Reviews

Capcom Arcade Cabinet: 1985-1 and 1986 Packs

These were games designed to punish you, games that didn't care how many quarters you put in.


Capcom Arcade Cabinet: 1985-1 and 1986 Packs

Publisher: Capcom
Format: PS3
Price: $9.99 per pack
Players: 1-2
ESRB Rating: Teen
Developer: Capcom
Release Date: 2013-04-02

Among console gamers there is an understanding that games just aren't as difficult as they used to be. While there is certainly a modicum of skill and familiarity necessary to conquer even the easiest games of the current generation, there's usually an understanding in, say, a modern first-person shooter that if you play a game on the "Normal" setting, you won't have to restart at the same checkpoint all that many times to get past a given stretch of gameplay. Games have inserted convoluted stories and pure length in place of the marathon practice sessions of the past. If a given game actually presents a pure challenge, a stretch that even the dedicated player willing to put in hours of practice might not pass, references to the 8-bit game of ages past start flying.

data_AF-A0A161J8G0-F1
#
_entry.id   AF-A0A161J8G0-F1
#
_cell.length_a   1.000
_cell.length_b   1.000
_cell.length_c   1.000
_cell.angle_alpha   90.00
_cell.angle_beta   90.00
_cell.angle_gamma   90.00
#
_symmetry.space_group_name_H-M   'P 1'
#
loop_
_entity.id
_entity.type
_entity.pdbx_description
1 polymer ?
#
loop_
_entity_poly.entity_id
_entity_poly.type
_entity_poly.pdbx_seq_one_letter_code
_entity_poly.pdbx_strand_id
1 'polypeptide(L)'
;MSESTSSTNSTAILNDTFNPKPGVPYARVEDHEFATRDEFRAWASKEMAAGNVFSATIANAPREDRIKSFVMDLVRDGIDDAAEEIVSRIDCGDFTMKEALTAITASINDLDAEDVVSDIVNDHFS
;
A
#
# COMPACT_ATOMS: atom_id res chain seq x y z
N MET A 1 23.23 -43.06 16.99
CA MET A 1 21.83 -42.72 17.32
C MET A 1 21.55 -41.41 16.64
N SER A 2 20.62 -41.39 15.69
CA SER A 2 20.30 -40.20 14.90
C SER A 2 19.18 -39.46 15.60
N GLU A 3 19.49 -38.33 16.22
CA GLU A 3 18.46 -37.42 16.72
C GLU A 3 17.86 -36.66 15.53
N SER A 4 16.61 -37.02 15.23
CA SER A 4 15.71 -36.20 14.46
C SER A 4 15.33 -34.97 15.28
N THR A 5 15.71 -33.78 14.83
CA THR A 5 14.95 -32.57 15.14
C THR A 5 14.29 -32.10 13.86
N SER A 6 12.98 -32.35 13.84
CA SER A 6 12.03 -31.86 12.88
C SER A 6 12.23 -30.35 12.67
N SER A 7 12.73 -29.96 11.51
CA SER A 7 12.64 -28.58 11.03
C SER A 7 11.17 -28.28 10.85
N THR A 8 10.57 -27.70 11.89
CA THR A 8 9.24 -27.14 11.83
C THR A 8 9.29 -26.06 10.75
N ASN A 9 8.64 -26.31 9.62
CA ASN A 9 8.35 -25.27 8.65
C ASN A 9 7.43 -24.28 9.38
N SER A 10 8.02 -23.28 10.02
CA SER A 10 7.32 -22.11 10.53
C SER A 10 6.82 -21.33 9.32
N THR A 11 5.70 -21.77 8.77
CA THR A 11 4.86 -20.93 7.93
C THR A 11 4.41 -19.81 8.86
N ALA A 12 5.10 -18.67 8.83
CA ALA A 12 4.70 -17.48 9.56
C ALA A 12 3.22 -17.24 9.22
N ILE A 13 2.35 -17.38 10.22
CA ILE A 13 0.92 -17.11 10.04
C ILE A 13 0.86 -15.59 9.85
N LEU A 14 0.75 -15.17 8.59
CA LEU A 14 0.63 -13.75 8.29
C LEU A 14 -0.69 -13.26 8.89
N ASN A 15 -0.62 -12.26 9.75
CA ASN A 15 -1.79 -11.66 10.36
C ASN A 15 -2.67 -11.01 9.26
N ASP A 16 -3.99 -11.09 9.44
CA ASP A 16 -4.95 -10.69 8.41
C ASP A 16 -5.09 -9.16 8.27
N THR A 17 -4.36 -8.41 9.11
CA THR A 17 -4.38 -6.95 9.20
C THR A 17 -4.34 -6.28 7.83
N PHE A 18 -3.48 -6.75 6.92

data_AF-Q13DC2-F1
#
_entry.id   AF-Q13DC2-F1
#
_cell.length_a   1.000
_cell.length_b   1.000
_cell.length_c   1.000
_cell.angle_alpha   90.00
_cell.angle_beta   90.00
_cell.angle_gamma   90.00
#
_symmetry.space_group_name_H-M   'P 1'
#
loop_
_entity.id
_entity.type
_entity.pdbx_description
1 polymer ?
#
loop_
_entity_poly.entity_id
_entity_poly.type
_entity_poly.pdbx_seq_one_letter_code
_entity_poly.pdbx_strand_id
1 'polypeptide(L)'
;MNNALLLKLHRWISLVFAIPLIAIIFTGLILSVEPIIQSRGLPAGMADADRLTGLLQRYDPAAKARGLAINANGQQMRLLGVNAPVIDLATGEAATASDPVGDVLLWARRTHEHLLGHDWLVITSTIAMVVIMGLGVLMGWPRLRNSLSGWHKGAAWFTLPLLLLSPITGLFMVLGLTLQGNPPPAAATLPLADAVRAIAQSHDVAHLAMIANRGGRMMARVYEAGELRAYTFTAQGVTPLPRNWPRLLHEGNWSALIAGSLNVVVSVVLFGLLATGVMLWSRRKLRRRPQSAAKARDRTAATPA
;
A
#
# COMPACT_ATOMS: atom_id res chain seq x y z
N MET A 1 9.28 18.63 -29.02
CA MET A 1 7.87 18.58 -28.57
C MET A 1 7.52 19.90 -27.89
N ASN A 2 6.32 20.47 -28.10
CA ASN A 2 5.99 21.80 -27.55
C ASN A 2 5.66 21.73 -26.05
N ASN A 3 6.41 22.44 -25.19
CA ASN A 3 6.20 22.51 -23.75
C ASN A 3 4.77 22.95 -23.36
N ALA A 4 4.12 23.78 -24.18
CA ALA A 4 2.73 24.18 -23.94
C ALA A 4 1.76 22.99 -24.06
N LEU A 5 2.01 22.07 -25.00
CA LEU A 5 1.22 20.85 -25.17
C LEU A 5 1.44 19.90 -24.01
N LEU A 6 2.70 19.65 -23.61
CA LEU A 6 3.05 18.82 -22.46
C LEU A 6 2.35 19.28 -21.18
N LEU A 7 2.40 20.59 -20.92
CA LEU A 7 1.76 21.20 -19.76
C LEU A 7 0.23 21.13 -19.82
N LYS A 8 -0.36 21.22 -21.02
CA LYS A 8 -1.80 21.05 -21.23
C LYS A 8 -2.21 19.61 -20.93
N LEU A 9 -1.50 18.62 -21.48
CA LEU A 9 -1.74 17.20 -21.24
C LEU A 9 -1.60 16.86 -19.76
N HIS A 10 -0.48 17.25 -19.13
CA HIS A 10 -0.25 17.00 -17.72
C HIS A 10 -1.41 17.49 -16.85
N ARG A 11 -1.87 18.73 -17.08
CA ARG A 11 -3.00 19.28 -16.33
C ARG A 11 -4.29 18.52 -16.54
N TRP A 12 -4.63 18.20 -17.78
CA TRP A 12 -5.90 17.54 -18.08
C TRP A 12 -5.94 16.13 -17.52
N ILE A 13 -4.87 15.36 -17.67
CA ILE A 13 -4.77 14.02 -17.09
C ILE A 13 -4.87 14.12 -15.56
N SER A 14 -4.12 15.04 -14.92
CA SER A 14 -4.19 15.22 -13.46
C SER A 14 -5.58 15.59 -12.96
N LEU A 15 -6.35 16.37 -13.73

"That's Nintendo hard."

"That might challenge Castlevania."

"That's so fucking Battletoads."

Ghosts and Goblins is one of the most legendary of the "Nintendo-hard" games, an arcade experience translated as faithfully as 8-bit technology would allow, a journey that even kids with all the time in the world had a hard time getting through. That game's arcade iteration is one of the three in Capcom Arcade Cabinet's "1985-1 Pack", a pack that seems expressly designed to remind you just how unforgiving arcade games could be back when the expectation of success wasn't a given.